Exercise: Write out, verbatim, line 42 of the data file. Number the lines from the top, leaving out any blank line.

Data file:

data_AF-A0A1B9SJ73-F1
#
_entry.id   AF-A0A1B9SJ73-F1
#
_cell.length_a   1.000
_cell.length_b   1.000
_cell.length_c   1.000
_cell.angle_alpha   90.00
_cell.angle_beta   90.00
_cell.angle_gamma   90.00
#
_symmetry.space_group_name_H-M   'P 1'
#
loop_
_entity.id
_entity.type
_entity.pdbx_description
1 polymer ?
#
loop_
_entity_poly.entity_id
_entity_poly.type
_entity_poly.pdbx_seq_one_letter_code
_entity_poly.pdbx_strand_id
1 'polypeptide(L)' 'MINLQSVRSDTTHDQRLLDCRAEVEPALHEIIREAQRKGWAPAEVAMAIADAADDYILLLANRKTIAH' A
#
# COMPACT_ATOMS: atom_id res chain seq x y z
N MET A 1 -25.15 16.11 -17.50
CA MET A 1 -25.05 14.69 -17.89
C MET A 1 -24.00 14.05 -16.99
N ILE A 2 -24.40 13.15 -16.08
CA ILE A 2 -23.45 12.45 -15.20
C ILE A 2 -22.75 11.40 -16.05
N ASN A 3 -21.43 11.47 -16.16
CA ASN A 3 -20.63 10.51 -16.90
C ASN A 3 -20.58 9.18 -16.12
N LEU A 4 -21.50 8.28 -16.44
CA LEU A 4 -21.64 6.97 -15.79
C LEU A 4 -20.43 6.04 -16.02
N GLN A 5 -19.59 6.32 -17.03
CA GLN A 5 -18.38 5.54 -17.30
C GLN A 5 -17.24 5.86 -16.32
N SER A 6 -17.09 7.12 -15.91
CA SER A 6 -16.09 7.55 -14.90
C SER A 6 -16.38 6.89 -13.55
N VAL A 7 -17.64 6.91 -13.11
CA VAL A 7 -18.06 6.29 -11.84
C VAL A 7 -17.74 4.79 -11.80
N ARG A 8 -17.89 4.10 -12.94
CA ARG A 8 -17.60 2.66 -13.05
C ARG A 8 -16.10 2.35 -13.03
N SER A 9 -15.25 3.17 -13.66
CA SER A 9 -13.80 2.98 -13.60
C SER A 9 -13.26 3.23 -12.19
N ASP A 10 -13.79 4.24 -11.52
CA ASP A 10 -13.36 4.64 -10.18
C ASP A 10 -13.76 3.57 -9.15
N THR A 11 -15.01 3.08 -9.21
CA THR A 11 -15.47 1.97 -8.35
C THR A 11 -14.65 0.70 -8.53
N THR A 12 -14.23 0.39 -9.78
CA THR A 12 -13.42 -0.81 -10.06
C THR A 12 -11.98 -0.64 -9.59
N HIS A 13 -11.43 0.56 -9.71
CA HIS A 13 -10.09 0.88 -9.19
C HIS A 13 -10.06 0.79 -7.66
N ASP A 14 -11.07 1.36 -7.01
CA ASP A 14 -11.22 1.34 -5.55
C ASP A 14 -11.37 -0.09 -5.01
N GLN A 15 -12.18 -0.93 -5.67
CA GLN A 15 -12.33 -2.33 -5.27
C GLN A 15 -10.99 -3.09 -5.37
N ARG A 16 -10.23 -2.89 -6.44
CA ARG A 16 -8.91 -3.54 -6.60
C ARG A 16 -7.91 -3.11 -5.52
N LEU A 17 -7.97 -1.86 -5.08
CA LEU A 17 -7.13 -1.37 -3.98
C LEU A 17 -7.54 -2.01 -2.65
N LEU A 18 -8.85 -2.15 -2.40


C GLN A 5 -17.24 5.86 -16.32